the eras of adulthoodedness, or something……

I had this brainflash today. Ok, so it actually wasn’t so much a “flash” as a minor twinge of a thought. Apologies aside, here’s what I was thinking…

It occured to me that I’ve had distinct eras within my adult life. For instance, from the age of about 26 to somewhere around 30 was the era in which shit happened to me that was utterly and completely beyond my control. My father died of a heart attack, my long-term relationship disintegrated in a veil of tears because my significant other mentally imploded (And no, I’m not one of those tedious men who tells everyone that every ex-girlfriend they’ve ever had was a “psycho.” This woman genuinely and legitimately became mentally unstable to the point where it was impossible to continue the relationship.), my mentor at work retired and I ended up working for someone who didn’t like me, my sister’s marriage disintegrated (dragging me into the midst of more nastiness than I care to relate), my mother suffered a ruptured brain aneurysm that nearly killed her, two of my friends died in horrific accidents, I contracted a case of bronchial pneumonia that put me out of commission for nearly a half a year, etc.

The end result of four or five years of continual shit like this going on in my life was pretty interesting. By the time I turned 31 I was pretty much invincible. Nothing, and I mean nothing, phased me. If I’d contracted Ebola I’d have just shrugged and said, “oh well, I’ll deal with it.” I’m not kidding. Nothing bothered me. I’d guess it’s something like the mental equivalent of spending years training to be a world class boxer. If someone throws a punch at you in a bar you just laugh and say, “dude, go bother someone else.” 

In contrast, the last few years of my life, as I’ve started to examine them, would be classified as the era in which I did things to, ultimately, just make trouble for myself. The latest of these is pretty petty and insignificant. One night last week, as I was getting out of my car, I dropped the faceplate to my car stereo out of the back of my bag. I heard the thing clatter to the ground behind me, and I sort of knew what had happened, but I never so much as turned to look back and see what I’d dropped. Replacing the faceplate cost me over $100. In a word, this was stupid. And this is rather typical of the sorts of damage I’ve done to myself in the last few years. Nothing really major or traumatic, just a long string of mildly annoying/expensive mistakes that taken together leave me standing around feeling like a jerk most of the time.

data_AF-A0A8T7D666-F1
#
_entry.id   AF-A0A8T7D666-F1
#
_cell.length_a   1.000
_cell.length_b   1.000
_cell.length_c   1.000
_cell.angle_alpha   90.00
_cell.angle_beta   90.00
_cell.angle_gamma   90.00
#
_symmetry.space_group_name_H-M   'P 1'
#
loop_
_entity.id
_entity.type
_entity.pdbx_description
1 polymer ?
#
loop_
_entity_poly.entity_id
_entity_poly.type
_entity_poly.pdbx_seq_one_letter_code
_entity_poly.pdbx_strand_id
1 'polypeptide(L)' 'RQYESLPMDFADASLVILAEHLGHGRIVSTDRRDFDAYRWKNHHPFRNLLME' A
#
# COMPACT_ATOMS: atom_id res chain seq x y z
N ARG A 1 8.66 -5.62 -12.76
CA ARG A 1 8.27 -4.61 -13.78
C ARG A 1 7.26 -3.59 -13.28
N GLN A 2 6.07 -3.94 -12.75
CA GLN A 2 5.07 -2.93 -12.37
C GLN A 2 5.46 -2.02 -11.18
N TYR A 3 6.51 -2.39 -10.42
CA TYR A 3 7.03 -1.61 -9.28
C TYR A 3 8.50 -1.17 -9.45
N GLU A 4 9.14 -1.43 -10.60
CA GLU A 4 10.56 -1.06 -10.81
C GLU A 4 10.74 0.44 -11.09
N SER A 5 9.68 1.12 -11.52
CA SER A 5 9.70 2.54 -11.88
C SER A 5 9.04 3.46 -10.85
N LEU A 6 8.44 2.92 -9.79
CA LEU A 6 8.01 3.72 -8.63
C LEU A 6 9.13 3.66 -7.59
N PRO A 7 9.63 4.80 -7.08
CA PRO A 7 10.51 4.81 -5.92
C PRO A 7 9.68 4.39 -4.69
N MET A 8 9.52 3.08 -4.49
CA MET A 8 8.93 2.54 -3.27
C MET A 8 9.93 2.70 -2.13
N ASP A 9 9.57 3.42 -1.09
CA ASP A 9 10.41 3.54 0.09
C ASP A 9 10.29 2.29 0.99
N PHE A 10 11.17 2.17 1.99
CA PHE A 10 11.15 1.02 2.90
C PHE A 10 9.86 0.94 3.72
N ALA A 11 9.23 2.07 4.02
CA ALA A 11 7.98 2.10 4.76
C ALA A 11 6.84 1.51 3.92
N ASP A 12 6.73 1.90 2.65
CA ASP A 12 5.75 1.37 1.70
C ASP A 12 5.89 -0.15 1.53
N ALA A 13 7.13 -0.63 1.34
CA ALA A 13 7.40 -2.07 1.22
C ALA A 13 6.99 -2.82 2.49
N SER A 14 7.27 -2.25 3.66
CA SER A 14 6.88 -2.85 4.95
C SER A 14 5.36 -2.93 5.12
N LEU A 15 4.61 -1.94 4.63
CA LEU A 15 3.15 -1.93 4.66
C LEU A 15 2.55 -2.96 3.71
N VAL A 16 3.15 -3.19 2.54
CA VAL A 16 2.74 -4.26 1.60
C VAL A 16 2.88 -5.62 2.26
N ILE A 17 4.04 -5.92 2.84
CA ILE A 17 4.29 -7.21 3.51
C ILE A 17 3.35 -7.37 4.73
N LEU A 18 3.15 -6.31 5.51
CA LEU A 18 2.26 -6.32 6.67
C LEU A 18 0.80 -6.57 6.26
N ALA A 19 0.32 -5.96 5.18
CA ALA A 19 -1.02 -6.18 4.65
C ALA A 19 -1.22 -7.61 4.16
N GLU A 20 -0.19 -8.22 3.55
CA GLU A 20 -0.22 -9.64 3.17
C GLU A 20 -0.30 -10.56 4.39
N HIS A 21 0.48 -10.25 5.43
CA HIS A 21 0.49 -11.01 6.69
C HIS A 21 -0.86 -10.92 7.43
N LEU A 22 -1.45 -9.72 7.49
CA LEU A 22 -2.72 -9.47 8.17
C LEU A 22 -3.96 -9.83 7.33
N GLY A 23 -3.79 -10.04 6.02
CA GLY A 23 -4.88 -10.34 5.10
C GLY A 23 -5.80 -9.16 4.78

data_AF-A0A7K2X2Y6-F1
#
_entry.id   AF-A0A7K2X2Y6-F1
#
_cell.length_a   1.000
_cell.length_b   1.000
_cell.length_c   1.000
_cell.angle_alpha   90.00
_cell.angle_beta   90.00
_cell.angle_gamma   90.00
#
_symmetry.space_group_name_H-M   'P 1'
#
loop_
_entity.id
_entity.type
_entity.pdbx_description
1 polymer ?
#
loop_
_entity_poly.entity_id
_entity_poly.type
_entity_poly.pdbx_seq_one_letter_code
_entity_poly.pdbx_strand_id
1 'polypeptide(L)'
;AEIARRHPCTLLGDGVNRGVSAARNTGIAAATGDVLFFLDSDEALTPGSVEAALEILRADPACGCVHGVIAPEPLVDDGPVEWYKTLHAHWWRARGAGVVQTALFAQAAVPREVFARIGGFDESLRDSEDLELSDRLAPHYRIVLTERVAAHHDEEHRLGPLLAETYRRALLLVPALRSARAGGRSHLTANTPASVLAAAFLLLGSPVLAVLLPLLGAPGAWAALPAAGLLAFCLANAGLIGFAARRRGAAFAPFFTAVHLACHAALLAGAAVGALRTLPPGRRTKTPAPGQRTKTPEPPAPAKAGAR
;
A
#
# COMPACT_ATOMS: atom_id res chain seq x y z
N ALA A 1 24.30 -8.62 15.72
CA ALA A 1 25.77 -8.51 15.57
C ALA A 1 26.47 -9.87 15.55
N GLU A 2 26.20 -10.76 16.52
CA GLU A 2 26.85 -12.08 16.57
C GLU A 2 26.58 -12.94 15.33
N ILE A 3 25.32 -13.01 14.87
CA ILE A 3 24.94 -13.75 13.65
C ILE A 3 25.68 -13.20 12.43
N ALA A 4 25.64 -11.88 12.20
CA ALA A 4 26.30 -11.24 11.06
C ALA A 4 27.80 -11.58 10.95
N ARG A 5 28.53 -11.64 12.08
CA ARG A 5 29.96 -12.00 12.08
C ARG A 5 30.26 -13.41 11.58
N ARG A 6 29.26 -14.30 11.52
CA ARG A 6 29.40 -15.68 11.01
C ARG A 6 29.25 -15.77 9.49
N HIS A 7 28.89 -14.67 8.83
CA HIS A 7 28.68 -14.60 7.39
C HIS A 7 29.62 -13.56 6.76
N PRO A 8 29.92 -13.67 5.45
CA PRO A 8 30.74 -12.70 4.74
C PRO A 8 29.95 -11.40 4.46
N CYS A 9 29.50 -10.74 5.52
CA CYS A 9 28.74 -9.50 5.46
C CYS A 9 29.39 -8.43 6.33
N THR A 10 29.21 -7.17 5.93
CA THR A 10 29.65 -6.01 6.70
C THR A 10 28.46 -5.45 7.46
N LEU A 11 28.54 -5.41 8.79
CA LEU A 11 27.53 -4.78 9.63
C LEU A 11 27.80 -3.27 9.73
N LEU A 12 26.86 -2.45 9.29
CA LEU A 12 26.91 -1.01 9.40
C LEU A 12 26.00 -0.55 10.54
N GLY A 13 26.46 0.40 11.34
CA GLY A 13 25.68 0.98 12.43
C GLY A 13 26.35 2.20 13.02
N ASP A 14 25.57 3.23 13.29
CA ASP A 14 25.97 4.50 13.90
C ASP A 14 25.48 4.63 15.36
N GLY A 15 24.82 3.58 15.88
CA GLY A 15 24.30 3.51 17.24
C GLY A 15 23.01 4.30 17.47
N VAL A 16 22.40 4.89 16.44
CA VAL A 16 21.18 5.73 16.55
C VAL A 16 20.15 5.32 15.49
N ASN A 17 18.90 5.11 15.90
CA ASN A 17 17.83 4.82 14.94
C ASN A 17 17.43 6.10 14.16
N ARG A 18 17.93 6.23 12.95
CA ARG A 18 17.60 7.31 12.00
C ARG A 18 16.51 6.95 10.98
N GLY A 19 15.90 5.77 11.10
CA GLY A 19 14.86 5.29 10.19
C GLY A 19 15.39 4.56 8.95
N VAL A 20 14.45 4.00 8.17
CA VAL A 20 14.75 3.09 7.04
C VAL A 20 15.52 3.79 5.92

Another example – A few months ago I joined a gym. I did it because I got sick of being out of shape, and because I got a small warning from my doctor about my cholesterol count (isn’t getting older great?). My primary mission in joining this particular gym was to do it specifically so I could go swimming. They have a really nice Olympic-sized pool that’s not too busy, and swimming 40 or 50 laps a few times a week has done wonders for how I’m feeling. Of course, being a man I couldn’t just swim. Oh no. It was inevitable that I’d gravitate towards the weight room. I’ve always felt sort of puny in terms of upper body strength. Ever since I was a kid I could run and jump and do just about anything with my legs I wanted to, but doing a pull-up or a push-up was pretty much out of the question. So, naturally I wander into the weight room (specifically the circuit training room) and end up playing with the machines. The first time I went in there I actually did a full circuit. That’s three sets on all ten machines. And since I’m stupid I put way too much weight on each machine. For two full weeks afterward I felt like I’d just been taken off of some medieval torture device. 

So basically, from my mid-twenties to my early 30s I was invincible. Shit happened to me, and most of it was pretty dreadful. But I weathered the storm, dealt with whatever came my way pretty well and moved on. Now that I’m in my mid-thirties, I’m just an idiot. I may still be invincible. It’s entirely possible. But there’s no way I’d know because my cognitive powers have turned to mush. I drop expensive things in the street and don’t pick them up. I walk into a weight room and give myself muscle strains over three-quarters of my body. It’s a good thing I don’t drink anymore. In this particular era of my life entering a bar could be life-threatening.

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